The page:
The York Factory Express, usually called "the Express" and also called the Columbia Express and the Communication, was a fur brigade operated by the Hudson's Bay Company in the early 19th century connecting York Factory and Fort Vancouver. It was named "express" because it was not used only to transport furs and supplies but also to quickly move departmental reports and letters. It was the main overland connection between the Columbia Department and the Hudson's Bay Company's headquarters at York Factory. Bulk cargo to and from the Columbia Department was shipped by sea. The express brigade was known as the York Factory Express on its eastbound journey in the spring, and as the Columbia Express or Autumn Express on its westbound journey in the fall. The same route was used in both cases. Its length was about 4,200 kilometres (2,600 mi). To expedite messages the express messengers would often speed ahead of the main bodies carrying supplies and furs.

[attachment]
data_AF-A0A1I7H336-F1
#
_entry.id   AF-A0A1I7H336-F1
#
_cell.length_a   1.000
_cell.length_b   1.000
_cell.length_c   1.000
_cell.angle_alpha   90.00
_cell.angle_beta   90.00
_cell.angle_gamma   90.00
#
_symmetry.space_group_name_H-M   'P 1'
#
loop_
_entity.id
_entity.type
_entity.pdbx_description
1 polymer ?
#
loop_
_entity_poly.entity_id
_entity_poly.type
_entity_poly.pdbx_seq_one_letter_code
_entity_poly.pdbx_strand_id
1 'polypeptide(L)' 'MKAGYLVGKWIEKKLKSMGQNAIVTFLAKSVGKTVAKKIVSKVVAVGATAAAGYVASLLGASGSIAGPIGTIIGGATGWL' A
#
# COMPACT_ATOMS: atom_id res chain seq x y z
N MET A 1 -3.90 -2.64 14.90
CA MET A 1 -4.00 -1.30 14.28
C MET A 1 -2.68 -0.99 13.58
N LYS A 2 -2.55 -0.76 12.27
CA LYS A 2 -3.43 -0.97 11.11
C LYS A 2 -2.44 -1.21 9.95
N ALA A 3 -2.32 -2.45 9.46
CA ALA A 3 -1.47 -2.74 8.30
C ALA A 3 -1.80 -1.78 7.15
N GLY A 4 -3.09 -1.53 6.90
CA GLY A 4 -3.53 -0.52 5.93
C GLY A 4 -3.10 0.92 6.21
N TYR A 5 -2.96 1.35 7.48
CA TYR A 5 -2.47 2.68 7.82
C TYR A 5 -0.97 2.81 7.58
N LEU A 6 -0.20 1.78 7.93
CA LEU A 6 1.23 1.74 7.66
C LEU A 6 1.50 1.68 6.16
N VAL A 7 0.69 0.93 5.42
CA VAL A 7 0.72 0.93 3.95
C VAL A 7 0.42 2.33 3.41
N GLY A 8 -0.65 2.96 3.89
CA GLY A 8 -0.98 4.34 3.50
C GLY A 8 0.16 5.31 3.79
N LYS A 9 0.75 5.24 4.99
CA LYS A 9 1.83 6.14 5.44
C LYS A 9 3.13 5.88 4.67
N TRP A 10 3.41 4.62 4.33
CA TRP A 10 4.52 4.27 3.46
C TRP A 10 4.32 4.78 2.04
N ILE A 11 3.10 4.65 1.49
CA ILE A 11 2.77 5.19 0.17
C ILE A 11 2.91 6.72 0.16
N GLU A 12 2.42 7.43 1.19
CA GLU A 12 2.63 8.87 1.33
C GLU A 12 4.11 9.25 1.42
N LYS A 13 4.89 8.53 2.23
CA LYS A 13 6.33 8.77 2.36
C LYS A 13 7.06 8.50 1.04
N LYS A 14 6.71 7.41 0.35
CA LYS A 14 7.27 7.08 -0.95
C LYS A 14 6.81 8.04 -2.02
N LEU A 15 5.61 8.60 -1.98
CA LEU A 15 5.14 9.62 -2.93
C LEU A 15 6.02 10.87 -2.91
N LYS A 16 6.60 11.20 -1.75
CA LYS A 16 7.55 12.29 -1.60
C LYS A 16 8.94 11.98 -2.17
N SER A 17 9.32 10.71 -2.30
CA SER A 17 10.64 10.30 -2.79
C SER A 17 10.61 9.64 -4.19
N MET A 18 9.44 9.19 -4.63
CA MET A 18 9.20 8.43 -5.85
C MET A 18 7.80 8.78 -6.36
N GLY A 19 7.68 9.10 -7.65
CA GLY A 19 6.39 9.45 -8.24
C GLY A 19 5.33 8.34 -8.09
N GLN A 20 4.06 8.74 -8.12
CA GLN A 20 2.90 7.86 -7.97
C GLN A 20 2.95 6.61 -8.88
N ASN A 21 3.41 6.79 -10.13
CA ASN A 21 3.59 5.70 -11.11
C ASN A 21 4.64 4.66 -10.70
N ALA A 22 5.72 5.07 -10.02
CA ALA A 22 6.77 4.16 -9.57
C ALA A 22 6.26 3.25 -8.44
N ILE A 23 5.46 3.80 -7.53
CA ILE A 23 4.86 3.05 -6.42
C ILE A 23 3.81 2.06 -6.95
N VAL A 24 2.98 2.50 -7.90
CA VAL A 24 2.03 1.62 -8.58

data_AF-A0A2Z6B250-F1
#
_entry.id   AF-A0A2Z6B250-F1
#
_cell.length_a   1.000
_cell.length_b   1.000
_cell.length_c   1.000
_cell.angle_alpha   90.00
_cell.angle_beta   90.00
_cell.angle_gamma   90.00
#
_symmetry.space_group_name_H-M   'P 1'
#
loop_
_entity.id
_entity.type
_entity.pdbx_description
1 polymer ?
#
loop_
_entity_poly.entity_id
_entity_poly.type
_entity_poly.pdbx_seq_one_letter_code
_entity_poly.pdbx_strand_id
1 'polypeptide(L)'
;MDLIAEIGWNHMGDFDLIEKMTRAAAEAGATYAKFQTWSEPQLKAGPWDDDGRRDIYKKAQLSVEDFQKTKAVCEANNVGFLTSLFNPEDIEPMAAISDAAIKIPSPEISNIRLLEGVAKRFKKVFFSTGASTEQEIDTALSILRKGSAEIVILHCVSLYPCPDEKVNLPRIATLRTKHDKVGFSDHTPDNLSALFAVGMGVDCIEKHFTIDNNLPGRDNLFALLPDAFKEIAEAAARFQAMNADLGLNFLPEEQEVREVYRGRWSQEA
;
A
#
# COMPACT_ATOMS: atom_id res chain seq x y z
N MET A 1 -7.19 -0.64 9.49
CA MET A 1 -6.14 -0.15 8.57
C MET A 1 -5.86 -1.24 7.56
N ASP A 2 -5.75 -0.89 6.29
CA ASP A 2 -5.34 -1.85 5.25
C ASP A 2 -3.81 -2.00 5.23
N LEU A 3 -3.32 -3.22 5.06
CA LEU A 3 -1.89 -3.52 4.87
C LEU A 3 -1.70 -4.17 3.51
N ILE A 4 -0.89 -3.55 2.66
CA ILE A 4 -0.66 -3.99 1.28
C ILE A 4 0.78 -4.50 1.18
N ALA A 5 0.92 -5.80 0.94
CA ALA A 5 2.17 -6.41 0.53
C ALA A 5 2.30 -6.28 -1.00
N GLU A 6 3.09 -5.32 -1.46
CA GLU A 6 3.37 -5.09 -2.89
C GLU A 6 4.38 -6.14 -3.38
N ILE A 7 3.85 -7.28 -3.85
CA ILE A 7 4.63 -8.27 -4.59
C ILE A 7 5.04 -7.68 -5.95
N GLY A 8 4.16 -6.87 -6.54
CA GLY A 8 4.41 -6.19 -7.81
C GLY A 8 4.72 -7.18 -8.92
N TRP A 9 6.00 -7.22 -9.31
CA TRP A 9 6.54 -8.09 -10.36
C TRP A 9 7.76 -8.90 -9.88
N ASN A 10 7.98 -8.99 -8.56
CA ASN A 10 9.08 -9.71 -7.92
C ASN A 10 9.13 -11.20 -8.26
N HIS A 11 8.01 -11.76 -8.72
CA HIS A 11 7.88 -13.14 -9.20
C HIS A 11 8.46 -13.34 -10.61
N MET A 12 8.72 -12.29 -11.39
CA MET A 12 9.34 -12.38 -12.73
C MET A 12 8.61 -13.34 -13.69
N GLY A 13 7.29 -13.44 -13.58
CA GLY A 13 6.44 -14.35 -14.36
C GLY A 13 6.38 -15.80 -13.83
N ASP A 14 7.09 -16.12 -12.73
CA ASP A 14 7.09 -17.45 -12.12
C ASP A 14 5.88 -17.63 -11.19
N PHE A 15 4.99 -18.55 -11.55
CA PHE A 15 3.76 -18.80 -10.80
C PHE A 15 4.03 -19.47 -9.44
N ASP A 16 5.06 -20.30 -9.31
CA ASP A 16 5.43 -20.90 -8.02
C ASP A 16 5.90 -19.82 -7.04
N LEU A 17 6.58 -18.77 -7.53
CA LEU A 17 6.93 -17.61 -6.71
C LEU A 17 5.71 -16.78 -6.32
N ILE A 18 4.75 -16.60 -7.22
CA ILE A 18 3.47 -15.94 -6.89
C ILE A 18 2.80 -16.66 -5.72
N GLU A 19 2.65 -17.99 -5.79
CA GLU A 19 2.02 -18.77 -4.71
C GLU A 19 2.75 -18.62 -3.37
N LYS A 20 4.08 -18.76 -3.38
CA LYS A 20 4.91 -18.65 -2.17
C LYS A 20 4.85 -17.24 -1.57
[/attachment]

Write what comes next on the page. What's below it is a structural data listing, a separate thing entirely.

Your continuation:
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... From west to east, Fort Vancouver to York Factory, the express route ran as follows ... Finally the brigade would travel down the Hayes River to York Factory on Hudson Bay ...
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